Building Your Brand: The Good, The Bad, The Digital

Posted June 14, 2013 by Marcy Twete in Building Your Brand
pretty hispanic businesswoman in office

Some of the top reasons new businesses fail are poor accounting and operational inefficiency. According to New York Times business expert Jay Goltz, these things should seem obvious, but many businesspeople don’t spot them until it is too late. To help avoid being blindsided by a fatal condition at your fledgling company, keep these tips in mind.

Take Care of the Basics – Without Breaking the Bank

Don’t fall into the trap of paying the high dollar for “professional” or “business” versions of common items. For example, brick-and-mortar stationery companies often charge a fortune for things like custom printed paper, envelopes and business cards. Instead of using some giant printing company that normally caters to Fortune 500 firms, choose Printing for Less business cards or buy supplies in bulk online. You can often find bulk office supplies available at an auction or university surplus stores.

Watch the Books

The New York Times article mentions that many entrepreneurs don’t have a good handle on their finances. They know that customers are coming in and have a vague idea as to whether businesses slow or brisk, but have no real clue about whether the business is really profitable. Do the math— often. Make sure your expenses are not outstripping your profits. Factor in the cost of your building, packing materials, utilities, product returns, office supplies, Internet connection and everything else that can fall into the category of overhead. Selling a lot of things is no good if you aren’t actually covering your costs.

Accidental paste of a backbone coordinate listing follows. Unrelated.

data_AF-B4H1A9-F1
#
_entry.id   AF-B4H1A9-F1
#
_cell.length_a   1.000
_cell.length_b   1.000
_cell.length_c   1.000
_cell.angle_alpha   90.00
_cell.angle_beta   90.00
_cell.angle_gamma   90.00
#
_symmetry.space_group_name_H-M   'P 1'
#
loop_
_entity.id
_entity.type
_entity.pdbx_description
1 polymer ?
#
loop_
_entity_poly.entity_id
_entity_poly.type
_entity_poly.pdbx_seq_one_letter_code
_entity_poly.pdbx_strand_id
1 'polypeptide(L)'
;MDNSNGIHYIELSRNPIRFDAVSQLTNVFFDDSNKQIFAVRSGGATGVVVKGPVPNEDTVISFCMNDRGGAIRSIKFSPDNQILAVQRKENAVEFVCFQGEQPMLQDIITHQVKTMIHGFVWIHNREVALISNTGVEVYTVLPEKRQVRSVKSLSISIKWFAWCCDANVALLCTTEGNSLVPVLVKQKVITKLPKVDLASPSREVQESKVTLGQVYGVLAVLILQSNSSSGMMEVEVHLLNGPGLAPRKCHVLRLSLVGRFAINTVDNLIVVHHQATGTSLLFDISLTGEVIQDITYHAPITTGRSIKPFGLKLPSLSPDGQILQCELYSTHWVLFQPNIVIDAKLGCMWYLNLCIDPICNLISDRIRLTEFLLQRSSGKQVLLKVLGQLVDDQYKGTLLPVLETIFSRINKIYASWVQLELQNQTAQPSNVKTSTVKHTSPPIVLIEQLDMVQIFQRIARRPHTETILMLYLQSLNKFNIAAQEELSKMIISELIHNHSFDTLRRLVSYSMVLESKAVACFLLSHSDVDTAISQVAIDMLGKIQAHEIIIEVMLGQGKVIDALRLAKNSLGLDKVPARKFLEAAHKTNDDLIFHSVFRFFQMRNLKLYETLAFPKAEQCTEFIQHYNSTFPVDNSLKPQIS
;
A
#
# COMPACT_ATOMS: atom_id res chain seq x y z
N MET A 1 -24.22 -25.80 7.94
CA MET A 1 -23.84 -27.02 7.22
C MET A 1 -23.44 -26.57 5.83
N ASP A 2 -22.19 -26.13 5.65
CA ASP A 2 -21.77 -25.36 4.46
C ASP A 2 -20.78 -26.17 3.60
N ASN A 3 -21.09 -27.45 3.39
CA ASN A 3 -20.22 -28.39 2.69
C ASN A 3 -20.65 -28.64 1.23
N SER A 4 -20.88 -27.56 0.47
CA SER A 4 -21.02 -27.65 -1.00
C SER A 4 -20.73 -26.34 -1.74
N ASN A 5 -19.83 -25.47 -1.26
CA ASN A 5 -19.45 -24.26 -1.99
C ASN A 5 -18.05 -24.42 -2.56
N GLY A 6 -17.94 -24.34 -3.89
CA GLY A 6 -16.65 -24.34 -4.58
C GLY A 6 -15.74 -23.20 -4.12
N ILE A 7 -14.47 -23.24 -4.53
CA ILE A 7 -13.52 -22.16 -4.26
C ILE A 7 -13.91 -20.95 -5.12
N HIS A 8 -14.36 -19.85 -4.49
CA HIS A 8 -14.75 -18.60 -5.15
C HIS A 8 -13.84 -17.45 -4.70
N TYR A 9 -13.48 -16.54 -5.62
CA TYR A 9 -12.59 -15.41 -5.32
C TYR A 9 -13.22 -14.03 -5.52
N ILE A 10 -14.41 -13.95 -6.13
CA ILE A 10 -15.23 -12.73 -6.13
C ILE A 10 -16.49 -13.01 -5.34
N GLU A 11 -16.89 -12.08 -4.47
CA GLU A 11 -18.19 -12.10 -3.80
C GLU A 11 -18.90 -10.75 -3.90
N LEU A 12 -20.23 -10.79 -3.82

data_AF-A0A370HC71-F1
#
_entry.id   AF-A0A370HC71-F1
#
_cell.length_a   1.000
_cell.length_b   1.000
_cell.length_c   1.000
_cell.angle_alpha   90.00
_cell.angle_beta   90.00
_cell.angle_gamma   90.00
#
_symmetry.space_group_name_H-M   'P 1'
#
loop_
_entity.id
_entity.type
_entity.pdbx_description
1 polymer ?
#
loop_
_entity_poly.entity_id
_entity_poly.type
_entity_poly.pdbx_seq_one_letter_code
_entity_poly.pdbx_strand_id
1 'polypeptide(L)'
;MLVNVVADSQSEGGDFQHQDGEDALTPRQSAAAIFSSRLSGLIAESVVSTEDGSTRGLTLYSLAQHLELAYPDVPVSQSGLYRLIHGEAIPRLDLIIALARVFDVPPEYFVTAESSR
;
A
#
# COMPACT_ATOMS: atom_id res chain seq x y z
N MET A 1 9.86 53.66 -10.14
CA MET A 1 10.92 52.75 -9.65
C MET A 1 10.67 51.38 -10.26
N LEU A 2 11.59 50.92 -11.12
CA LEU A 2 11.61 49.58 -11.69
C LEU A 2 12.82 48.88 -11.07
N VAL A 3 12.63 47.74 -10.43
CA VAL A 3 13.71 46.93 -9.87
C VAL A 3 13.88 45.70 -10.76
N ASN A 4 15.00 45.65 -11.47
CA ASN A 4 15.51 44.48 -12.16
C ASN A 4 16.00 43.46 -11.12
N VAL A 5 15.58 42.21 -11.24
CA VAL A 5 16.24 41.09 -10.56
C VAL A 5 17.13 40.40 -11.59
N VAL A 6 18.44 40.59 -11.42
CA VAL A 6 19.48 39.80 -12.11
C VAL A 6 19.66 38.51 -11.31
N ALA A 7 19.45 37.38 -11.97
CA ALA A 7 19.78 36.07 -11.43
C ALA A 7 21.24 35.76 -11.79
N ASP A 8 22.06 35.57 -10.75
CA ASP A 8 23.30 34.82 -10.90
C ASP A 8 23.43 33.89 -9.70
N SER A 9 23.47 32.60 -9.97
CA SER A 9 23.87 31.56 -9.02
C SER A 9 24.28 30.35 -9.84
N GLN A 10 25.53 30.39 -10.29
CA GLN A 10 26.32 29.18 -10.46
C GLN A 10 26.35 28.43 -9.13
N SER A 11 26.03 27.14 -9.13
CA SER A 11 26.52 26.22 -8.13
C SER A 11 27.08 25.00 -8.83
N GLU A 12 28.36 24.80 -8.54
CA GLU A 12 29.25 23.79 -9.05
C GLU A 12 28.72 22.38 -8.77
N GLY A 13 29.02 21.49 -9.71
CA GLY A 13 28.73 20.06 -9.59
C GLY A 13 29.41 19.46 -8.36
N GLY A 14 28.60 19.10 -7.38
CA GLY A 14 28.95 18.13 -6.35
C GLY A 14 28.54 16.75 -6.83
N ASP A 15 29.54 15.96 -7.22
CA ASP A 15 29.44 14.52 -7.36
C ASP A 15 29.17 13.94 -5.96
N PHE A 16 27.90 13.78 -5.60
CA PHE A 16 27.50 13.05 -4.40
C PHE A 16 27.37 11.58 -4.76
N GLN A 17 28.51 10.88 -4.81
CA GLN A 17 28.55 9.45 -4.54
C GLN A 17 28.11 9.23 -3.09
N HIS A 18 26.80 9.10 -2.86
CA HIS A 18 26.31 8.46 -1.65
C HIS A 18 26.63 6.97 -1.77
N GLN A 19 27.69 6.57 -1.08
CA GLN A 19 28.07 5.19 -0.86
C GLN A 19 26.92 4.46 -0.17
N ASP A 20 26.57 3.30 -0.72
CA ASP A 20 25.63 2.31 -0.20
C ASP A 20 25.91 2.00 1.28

Learn Some SEO

If you run an online business, Search engine optimization (SEO) can mean the difference between being a smashing success and abject failure. SEO usually determines if people will be able to find your site in the search engines or if you are consigned to obscurity.

It is common knowledge that content is considered essential to good search engine optimization. Do not, however, fall for the popular wisdom that says that you don’t have to worry about keywords in that content. The search engines can only tell what your content is about by reading it and monitoring which links point to it. If the word isn’t in your content, the search engine spider will assume that you are not talking about that topic— so make sure to mention the words for which you want it to rank.

Pay attention to your social media profiles and accounts. This will help even offline businesses get more customers and become more well-known.

With these tips, you can avoid two of the biggest pitfalls that afflict new businesses and take steps to promote success. Give them a try and you may be surprised to find how much more profitably your operation runs.

About the Author

Marcy Twete

Marcy Twete is a career fundraiser turned corporate responsibility executive, a career and networking expert and the author of the book "You Know Everybody! A Career Girl’s Guide to Building a Network That Works."